WhatsApp shares your contacts’ status to you.

TL;DR: You can protect yourself from this hack by changing your account privacy settings. By default, WhatsApp share your status to others.
Since nobody is changing settings nowadays, This hack works almost all the time.

WhatsApp in Android

Exploit the feature

I want to exploit this feature to track users (for science). My first question is: How does this feature work exactly ?

To make things up, I am using https://web.whatsapp.com/ in my laptop web browser instead of my Android phone. So I’ll deal with regular web reverse engineering to get this exploit done.

I am taking a friend of mine’s phone and look at how its status updates on my side.

Initially, the status is offline, and in this case, WhatsApp gives you a last seen date, 16/03/2020 at 15:40.

I’m unlocking the friend’s phone and opening an app (not WhatsApp). Doing that for a minute, nothing on my side.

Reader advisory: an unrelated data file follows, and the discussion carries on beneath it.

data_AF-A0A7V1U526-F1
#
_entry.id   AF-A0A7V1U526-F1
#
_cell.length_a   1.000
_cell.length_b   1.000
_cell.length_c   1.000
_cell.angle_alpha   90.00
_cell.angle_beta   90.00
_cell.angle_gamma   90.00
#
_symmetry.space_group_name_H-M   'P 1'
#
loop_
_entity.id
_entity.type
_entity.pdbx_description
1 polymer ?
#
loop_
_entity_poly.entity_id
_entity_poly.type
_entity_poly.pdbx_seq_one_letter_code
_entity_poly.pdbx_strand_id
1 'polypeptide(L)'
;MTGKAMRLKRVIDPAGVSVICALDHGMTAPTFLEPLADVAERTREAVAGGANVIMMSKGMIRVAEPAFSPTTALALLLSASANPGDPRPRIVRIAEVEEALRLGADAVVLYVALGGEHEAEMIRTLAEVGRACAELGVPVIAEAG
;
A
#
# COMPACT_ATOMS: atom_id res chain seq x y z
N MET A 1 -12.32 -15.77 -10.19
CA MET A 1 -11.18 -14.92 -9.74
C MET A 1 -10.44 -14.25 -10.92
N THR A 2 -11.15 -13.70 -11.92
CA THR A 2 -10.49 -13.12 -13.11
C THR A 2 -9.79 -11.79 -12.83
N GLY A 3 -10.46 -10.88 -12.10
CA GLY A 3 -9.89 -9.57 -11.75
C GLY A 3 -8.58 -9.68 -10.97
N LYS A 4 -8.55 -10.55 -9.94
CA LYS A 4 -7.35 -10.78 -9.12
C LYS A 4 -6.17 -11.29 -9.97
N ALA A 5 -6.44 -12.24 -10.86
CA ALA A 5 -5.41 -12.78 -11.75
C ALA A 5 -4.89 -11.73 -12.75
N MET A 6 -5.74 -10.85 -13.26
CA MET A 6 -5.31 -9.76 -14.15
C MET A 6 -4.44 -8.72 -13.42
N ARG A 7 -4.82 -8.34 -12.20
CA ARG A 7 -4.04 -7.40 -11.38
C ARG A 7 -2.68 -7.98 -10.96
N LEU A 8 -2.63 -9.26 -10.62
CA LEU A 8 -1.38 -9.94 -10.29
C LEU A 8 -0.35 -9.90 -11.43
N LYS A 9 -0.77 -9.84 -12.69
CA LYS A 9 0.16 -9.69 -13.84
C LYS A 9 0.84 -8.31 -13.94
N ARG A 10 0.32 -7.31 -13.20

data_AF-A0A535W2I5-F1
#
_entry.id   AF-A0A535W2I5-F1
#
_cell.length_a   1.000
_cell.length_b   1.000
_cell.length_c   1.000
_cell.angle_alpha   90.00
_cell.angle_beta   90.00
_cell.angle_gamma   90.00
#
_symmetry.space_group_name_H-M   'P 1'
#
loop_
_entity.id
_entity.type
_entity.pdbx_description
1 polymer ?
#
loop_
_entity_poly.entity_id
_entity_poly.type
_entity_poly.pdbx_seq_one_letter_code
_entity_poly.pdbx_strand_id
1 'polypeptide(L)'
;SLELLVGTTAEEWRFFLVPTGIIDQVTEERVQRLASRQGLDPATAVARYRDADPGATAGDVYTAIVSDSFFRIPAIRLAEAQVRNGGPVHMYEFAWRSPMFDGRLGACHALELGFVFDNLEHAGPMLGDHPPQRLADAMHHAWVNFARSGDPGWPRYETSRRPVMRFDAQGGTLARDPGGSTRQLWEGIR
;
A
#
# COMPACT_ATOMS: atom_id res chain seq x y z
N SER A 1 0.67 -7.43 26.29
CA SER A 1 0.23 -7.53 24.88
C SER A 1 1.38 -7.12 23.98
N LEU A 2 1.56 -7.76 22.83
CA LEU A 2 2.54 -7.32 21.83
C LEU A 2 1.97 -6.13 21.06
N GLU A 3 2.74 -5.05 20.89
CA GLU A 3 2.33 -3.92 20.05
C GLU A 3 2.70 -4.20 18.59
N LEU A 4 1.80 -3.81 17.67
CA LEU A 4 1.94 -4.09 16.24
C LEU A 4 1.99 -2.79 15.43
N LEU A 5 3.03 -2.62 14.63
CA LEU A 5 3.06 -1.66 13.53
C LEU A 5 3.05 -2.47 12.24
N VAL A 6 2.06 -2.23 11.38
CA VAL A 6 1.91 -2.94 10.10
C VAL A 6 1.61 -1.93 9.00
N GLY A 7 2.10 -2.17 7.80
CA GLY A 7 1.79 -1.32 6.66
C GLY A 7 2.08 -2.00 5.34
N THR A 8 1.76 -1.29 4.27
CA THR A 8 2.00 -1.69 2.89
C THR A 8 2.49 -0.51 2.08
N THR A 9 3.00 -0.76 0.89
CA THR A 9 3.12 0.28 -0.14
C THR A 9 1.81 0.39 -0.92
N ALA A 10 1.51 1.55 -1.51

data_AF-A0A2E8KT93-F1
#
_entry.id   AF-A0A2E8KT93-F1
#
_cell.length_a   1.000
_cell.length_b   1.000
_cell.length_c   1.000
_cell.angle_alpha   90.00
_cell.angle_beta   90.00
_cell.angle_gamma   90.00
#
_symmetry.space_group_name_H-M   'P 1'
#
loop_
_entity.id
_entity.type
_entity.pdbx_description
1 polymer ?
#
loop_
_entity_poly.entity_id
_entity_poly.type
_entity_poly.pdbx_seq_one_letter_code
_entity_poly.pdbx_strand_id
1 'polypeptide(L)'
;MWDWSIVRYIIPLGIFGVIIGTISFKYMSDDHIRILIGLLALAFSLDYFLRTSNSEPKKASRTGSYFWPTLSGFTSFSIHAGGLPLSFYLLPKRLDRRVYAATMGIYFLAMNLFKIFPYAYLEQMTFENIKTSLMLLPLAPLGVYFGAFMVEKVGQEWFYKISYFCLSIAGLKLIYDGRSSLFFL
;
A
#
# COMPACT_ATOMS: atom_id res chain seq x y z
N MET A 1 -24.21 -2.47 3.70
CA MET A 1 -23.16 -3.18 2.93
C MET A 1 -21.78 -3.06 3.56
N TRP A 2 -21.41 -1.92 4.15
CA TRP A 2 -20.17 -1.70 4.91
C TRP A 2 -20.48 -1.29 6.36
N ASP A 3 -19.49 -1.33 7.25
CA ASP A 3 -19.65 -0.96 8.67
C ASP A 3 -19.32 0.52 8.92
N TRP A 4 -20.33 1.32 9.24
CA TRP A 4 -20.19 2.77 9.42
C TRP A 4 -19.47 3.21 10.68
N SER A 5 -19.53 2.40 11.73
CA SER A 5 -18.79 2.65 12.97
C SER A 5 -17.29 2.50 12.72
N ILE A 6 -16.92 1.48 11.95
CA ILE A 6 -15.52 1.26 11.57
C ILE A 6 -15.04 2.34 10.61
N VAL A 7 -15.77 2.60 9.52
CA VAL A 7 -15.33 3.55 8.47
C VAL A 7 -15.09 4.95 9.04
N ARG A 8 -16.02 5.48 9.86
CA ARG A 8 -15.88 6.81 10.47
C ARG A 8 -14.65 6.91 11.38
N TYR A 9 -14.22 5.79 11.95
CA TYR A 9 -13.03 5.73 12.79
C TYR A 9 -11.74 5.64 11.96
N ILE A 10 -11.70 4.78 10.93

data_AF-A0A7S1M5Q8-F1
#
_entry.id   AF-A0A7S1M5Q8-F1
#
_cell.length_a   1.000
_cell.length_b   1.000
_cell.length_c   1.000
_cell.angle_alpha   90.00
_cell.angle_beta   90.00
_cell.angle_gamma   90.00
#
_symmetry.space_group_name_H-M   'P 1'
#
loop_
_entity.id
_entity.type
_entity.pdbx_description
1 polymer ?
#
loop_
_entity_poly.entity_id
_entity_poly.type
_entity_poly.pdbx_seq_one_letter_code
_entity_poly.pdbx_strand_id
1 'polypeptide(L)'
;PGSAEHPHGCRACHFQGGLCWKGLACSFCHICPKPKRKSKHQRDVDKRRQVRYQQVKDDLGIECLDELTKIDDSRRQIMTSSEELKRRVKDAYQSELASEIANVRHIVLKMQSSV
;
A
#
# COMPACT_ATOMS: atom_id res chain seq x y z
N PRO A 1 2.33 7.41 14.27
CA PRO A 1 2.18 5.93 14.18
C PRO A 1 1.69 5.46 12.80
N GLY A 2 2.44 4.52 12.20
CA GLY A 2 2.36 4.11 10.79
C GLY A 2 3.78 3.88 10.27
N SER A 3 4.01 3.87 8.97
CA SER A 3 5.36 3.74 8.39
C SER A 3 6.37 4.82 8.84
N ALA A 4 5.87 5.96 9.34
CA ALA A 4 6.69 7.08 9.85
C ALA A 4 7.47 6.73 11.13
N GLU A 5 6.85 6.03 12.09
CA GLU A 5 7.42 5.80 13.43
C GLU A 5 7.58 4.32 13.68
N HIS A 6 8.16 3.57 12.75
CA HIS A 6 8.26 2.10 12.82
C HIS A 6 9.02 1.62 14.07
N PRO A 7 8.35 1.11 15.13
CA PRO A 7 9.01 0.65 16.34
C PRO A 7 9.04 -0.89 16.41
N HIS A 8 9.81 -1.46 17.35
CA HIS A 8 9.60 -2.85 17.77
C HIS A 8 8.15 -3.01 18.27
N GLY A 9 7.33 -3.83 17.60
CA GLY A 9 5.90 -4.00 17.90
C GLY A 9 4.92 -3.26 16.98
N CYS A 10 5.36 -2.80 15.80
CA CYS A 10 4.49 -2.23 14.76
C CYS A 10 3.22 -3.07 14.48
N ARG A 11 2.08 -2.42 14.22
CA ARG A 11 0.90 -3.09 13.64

Ok, Now switching to WhatsApp. The status has changed to online within the next 10 seconds. I didn’t go to the conversations I am sharing with this phone/contact to verify that the status is shared without this condition.

The online status will remains until leaving WhatsApp or shutting off the screen on the targeted phone.
And then, it reverts to a new last seen date once offline again.

So to summarize the analysis,

  • We won’t be able to track someone using his phone globally (hopefully !)
  • But we can track the WhatsApp usage of anyone we have in our contacts
  • The info leaked are last seen date and the live online status per contact
  • We can expect to have at least 1 minute precision for the last seen date
  • And the online status is raised once the WhatsApp is up for at least 5-10 seconds